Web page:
A close up shot of a DNA strand representing the epigenetics of aging with a dark overlay.

Those who watched television in the late 1980s will doubtless recall the car commercial, This is not your father’s Oldsmobile — this is the new generation of Olds!

The point of the commercial was, of course, to sell cars, but it was to do so by changing people’s preconceived notions about Oldsmobile. It was to put “new” in place of “Olds.” It was to help us ask in what ways things change, and in what ways they stay the same.

That brings me to epigenetics. Obviously.

Many people have concerns that they’re destined for the same specific medical fate as their parents and grandparents. Because we share genes and because disease processes can run in families, people conflate likelihood with certainty. They worry they’ll wake up one day careening down the road behind the wheel of their father’s Oldsmobile, wondering how it happened — metaphorically speaking, of course.

Today I want to take us down the winding road of epigenetics, aging, and disease — and the exciting truth that our behaviors and genes work together.

All in the Family: Epigenetics of Aging and Disease

I know this is obvious, but it bears mentioning: Life has changed exponentially in the past 100 years, in more ways than one. It can be easy to look around and see the external changes — mobile phones! urban development! AI! — but it can be harder to remember that those changes have internal, bodily impacts, too.

For example, 100 years ago, there were very few chemicals in our environment. Now we’re exposed to thousands of chemicals every day. In fact, modern testing shows humans are born with dozens or more already stowed away in our bodies.

We all know that family history is an important tool in medicine. Whenever you visit a new doctor, you find yourself filling out forms and trying to remember what eye disease your maternal grandfather had. That’s because certain tendencies and medical predispositions exist in our genes.

But family history and genes aren’t completely deterministic of outcomes. In other words, we have a lot of influence over living and aging, independent of our genes. I’m reminded of a great Dr. Seuss quote:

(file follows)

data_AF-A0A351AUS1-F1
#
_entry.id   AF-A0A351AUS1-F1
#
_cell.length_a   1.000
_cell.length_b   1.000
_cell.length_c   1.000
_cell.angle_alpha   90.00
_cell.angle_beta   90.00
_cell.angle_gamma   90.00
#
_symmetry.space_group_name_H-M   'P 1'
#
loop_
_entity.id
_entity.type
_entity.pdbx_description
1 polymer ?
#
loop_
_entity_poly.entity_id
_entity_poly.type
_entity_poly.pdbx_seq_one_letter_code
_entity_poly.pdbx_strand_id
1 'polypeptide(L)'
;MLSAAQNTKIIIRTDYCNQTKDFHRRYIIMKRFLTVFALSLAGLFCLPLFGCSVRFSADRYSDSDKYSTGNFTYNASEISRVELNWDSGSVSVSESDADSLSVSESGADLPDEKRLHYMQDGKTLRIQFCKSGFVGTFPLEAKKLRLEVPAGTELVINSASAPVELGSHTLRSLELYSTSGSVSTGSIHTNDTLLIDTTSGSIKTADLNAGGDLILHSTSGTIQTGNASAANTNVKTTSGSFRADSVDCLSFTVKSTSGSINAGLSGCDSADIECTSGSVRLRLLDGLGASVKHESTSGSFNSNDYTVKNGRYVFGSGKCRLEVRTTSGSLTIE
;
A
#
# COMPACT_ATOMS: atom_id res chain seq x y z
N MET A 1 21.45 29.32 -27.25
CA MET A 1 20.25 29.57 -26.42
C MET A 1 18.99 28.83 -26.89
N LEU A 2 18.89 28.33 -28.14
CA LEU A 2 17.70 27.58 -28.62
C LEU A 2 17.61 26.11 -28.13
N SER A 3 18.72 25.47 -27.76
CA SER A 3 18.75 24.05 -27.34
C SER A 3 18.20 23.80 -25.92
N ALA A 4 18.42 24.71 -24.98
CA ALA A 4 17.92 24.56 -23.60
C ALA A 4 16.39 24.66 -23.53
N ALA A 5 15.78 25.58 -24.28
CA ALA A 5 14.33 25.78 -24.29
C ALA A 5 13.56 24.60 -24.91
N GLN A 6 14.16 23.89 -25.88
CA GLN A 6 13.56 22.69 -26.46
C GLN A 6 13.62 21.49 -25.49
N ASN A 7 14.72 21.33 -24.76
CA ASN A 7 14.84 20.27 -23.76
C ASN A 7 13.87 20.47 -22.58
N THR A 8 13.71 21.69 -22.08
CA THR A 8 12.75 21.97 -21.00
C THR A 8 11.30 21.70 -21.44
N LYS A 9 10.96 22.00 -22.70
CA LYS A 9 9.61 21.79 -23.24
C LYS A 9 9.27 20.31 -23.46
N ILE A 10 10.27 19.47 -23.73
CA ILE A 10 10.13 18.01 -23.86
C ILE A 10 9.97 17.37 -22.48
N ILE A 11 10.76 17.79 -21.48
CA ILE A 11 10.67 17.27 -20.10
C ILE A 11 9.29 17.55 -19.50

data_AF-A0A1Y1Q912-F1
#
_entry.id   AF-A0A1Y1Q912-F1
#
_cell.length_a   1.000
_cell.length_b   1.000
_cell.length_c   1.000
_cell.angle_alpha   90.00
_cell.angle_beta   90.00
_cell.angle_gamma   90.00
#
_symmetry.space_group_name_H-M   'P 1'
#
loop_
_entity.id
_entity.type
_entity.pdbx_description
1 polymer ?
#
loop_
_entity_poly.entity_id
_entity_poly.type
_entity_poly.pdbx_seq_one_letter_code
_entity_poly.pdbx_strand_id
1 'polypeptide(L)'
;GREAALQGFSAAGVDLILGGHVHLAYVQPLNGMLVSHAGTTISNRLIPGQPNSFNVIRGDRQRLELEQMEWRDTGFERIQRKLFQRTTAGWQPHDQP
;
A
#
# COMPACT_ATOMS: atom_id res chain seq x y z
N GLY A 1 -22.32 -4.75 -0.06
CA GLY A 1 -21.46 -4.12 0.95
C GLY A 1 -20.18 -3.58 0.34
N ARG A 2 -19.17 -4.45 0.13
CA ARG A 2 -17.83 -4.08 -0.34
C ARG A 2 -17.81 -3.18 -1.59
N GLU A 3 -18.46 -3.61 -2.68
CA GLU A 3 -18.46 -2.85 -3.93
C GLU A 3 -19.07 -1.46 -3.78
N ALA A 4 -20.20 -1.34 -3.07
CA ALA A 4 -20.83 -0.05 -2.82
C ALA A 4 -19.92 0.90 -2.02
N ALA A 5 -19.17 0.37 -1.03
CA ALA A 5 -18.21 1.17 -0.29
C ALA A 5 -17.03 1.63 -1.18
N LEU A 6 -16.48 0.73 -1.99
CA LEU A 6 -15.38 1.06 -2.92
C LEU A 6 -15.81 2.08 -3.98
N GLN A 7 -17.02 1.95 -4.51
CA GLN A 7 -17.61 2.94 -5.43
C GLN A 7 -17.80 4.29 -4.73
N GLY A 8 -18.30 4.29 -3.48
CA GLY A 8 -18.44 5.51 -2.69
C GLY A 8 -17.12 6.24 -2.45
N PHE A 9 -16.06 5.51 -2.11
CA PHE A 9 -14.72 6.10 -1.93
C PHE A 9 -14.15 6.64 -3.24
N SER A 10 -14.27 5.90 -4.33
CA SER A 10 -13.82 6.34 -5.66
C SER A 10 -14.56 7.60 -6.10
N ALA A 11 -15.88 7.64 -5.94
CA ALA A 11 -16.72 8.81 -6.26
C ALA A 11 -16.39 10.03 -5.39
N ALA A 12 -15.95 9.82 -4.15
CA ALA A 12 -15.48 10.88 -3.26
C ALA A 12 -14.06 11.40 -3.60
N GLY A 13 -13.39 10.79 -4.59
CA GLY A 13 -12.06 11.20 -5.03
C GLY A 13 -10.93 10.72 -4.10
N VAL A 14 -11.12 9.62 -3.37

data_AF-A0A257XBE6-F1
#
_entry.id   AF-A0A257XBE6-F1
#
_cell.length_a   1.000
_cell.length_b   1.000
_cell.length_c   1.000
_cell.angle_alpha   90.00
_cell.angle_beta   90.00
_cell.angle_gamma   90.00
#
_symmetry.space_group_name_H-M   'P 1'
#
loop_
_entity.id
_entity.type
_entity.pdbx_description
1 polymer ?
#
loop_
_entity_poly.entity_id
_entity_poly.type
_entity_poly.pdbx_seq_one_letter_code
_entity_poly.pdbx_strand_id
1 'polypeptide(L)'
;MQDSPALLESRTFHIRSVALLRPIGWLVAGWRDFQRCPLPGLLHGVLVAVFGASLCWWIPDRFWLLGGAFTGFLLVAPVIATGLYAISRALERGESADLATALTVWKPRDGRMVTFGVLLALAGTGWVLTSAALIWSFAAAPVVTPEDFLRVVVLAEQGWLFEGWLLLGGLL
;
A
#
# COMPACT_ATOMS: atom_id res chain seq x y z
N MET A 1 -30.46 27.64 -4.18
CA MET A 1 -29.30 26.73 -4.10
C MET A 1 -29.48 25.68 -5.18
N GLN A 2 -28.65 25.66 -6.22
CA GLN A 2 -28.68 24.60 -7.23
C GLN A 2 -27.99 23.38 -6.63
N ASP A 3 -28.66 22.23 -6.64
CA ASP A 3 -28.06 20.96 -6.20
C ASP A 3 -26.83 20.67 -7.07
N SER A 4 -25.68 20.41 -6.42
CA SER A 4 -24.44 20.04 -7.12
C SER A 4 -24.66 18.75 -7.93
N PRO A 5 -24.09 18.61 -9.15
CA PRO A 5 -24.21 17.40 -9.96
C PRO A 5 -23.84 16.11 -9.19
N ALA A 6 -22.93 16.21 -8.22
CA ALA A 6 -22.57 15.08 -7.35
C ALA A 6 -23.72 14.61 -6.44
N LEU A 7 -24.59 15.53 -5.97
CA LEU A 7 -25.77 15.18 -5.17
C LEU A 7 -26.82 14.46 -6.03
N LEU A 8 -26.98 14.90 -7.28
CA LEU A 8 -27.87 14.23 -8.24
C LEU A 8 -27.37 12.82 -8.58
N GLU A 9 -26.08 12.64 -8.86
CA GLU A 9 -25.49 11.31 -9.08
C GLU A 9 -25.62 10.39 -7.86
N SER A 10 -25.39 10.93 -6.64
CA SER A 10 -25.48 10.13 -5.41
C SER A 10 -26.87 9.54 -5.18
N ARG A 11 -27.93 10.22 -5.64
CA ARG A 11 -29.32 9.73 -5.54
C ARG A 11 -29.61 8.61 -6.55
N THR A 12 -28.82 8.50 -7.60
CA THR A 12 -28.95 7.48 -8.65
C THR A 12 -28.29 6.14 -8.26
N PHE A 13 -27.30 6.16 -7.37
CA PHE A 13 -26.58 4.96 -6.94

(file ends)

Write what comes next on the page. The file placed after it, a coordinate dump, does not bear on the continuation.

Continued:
You have brains in your head. You have feet in your shoes. You can steer yourself any direction you choose.

You’re NOT stuck behind the wheel of your father’s Oldsmobile.

Your parents and grandparents led very different lives from you, from their environmental exposure to chemicals to their diets and stress levels. These variations differentiate which of your shared genes are expressed. (More on that in a minute!)

Your Choices Matter

While our ancestors may have had several advantages over our current reality — fewer chemicals, better sleep, and lower stress levels — we have many modern advantages that come to our aid. Humans have learned a lot about lifestyle in the past 70 years.

In the 2020s, we know how important exercise is. We’re much more socially cognizant about staying in shape, for example. We have countless fitness options at our disposal and won’t be ostracized as “health nuts” for getting aerobic exercise.

We also know how to avoid unhealthy foods — foods our parents and grandparents had no idea were unhealthy in the first place.

We understand that cigarettes and alcohol have real-life medical consequences; as a society, we don’t drink and smoke like our parents and grandparents did. Thus, we’ve lowered our likelihood of developing related illnesses.

In short, we have access to good and bad lifestyle choices. And our lifestyle affects the ways in which our genes are expressed.

Express Yourself: Epigenetics Unpacked

What do I mean by gene “expression”? To talk about that, we need to unpack the term epigenetics.

The prefix “epi” means around. What’s around the gene that affects it? And “genes” are small pieces of information in your body that determine things like eye color, height, and how your body works.